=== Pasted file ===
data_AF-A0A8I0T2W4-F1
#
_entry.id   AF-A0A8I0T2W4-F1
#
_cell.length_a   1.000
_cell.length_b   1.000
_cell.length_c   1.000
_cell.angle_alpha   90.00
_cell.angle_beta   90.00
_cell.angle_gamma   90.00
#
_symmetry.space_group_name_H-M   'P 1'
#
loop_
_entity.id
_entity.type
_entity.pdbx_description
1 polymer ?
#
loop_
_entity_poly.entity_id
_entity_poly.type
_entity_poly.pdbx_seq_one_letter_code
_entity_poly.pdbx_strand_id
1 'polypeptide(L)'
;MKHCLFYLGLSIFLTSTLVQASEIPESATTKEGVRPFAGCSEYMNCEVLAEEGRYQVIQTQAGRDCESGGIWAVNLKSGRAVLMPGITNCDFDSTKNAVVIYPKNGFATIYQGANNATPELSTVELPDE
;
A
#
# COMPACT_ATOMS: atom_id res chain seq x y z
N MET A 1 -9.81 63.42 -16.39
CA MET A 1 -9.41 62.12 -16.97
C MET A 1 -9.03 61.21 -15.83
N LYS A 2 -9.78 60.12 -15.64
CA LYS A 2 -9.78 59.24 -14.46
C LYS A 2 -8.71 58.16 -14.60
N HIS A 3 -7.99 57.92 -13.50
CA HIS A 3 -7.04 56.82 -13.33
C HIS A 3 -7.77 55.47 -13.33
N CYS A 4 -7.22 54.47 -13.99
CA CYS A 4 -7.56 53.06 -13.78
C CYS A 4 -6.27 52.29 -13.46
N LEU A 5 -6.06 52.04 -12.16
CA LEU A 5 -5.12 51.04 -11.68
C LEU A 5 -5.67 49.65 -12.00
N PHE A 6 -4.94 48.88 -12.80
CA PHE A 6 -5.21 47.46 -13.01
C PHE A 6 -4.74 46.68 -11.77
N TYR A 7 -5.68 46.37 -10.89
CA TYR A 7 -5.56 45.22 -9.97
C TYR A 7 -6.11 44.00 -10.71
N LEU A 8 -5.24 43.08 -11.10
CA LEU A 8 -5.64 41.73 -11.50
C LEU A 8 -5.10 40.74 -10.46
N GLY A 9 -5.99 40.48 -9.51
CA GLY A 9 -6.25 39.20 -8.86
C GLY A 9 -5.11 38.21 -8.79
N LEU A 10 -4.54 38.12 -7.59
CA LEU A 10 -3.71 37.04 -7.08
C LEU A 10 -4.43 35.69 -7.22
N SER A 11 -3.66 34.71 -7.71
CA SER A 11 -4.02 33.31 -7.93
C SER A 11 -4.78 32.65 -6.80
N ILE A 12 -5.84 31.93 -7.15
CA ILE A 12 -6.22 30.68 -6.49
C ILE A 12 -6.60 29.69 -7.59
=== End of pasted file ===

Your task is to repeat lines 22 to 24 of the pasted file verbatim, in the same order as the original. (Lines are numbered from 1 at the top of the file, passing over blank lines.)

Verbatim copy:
_entity_poly.type
_entity_poly.pdbx_seq_one_letter_code
_entity_poly.pdbx_strand_id